Science “critical” in unlocking Māori land potential
Monday 27 Jul 2015
More Māori are turning to science to unlock the potential of their land and natural resources.
Around 80 per cent of Māori land – about five per cent of New Zealand’s total land area – is currently underutilised, according to a report by Price Waterhouse Cooper released late last year. It estimated productive use of this land could add about $8 billion to the economy by 2025. To help achieve this goal Māori are working closely with researchers.
Landcare Research general manager Māori development Keith Ikin said there had been an increase in demand from Māori for research to help them make informed decisions to boost the productivity of their land and natural resources in a sustainable way.
“There are quite unique challenges and opportunities that Māori decision makers have regarding land and natural resources and science has a critical role to play to support those decision makers,” Ikin said.
“Māori want to improve on the productivity of their land but not at the expense of detrimental impacts for future generations. Economic development can only occur if the future of our natural resources are protected.”
Ikin, former deputy chief executive of Waiariki Institute of Technology - in Rotorua, was recently appointed to the newly created role earlier this month. A powhiri was held at Landcare Research’s Hamilton site today to officially welcome Ikin, who will be based at the site.
The role will see him working with Māori land owners and collaborating with key government agencies and other research organisations.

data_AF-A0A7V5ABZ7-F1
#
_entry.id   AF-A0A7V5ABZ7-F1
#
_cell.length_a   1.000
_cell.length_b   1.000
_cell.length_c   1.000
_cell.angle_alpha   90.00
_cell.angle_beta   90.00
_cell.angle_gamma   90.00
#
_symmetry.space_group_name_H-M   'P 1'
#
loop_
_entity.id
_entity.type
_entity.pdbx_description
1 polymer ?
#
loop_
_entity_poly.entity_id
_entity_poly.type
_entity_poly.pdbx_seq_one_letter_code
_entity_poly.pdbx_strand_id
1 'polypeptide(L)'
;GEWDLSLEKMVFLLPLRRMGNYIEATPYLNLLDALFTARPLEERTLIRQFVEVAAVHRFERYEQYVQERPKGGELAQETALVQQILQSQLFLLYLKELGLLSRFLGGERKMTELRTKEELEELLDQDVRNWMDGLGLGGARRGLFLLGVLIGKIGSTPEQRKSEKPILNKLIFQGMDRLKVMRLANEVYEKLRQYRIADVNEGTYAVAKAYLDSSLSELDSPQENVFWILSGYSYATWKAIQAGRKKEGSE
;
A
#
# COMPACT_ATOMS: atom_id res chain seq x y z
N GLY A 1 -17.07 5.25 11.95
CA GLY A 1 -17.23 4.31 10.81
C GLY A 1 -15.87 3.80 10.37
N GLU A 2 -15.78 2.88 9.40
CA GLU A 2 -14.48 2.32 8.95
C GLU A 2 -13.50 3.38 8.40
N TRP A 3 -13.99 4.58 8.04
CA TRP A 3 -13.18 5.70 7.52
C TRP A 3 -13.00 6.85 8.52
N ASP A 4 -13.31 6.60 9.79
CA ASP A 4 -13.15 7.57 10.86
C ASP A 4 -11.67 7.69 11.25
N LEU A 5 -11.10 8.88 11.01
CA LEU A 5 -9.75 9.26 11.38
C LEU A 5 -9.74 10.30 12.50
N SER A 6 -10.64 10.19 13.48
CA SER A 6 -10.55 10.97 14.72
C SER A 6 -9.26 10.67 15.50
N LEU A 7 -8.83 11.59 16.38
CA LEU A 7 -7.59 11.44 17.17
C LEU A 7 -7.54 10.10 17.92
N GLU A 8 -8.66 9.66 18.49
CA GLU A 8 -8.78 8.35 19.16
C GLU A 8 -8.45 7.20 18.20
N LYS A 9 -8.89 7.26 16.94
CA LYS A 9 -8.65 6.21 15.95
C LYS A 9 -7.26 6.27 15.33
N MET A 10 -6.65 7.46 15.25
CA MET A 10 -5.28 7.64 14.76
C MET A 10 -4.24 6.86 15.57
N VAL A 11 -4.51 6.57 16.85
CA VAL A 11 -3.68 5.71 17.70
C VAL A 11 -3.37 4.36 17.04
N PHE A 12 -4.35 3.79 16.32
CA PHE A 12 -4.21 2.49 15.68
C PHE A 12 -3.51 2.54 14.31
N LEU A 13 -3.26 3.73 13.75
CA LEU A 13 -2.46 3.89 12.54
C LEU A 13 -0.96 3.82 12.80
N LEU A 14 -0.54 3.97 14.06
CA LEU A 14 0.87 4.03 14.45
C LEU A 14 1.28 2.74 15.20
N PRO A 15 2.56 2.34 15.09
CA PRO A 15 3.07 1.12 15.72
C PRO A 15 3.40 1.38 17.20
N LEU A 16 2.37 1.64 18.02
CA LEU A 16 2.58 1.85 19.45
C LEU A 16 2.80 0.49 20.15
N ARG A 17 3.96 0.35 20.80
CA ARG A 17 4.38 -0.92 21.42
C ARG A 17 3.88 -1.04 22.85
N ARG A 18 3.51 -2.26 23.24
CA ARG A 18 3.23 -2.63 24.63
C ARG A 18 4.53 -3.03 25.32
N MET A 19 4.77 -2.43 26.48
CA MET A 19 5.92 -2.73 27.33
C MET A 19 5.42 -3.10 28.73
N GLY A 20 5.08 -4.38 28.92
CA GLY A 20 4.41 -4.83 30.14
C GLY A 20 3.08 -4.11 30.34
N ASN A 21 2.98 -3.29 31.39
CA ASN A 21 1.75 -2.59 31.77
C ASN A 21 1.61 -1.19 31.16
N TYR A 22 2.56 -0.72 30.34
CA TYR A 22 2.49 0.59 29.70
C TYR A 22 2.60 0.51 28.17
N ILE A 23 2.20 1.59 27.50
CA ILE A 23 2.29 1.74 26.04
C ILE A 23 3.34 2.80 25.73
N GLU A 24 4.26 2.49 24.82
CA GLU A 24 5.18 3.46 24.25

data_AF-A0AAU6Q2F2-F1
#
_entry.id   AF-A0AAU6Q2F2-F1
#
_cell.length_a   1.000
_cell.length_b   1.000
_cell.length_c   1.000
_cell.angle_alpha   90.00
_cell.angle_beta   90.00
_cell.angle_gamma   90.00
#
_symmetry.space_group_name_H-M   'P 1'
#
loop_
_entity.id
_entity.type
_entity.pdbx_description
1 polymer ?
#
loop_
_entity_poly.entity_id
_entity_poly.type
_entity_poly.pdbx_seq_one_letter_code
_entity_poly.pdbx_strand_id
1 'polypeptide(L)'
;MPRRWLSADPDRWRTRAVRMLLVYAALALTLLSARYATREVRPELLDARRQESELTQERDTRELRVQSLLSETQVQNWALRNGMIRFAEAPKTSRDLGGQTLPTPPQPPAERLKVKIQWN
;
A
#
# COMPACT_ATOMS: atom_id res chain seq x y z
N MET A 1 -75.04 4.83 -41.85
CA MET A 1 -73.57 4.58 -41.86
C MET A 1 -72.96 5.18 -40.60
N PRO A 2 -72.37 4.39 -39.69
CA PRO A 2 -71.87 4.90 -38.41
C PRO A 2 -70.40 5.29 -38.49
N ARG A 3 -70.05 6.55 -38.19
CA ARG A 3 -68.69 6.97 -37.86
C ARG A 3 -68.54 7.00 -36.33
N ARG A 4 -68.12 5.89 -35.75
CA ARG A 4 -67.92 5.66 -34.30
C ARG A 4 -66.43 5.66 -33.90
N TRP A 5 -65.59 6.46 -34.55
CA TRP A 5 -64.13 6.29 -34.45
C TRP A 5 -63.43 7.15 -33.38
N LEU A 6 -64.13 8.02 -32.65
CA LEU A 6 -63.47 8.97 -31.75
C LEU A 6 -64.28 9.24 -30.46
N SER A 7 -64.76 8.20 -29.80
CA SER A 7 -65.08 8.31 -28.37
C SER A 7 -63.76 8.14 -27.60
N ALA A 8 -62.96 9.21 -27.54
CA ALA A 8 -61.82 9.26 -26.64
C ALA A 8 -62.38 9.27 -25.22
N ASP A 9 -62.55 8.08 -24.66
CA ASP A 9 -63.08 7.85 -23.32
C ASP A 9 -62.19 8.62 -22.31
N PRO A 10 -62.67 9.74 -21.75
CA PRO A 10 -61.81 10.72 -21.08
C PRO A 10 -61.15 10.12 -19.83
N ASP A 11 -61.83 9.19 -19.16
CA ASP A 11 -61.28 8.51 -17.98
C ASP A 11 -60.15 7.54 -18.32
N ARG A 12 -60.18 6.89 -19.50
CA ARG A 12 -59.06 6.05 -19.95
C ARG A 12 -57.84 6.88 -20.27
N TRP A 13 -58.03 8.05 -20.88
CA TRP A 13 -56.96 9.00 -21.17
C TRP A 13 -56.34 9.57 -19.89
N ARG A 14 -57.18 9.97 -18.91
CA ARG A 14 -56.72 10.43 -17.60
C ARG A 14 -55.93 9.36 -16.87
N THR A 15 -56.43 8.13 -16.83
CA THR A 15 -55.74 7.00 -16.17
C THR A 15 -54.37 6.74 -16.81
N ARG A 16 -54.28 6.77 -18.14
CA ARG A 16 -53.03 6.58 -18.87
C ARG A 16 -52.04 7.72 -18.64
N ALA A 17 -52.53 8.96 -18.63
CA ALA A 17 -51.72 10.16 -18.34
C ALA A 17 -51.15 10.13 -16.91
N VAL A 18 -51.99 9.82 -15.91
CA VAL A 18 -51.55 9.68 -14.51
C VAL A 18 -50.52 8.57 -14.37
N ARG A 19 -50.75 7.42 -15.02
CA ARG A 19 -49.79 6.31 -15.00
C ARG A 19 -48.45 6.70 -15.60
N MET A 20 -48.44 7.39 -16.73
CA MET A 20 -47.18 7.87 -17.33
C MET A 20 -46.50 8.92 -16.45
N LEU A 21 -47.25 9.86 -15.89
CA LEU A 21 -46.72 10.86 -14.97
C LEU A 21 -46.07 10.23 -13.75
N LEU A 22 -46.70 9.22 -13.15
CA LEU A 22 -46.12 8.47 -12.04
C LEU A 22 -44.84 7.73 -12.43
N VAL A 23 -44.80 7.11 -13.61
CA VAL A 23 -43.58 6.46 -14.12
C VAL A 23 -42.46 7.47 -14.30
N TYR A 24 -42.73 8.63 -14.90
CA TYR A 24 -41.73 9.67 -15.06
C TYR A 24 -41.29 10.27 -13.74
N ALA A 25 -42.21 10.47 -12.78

Landcare Research Chief Executive Dr Richard Gordon said realising the potential of Māori land required a cross agency approach. The Crown research institute has been working alongside various groups, and just last week signed a memorandum of understanding with Te Pumu Paeroa, the new Māori Trustee, that works with Māori land owners to protect and build their assets now and for future generations. Landcare Research has also been holding training workshops about soil science and soil health indicators at marae in the North Island.
Keith Ikin biography:
- Keith was born and grew up in Te Kuiti and Piopio, south of Hamilton.
- He has 15 years' governance experience as a company director and trustee in education, fisheries, forestry, tertiary education and iwi organisations.
- He was a senior advisor to the Ministry of Primary Industries.
- He grew up on a sheep and beef farm and still works weekends on the family farm.
- He speaks fluent tē reo.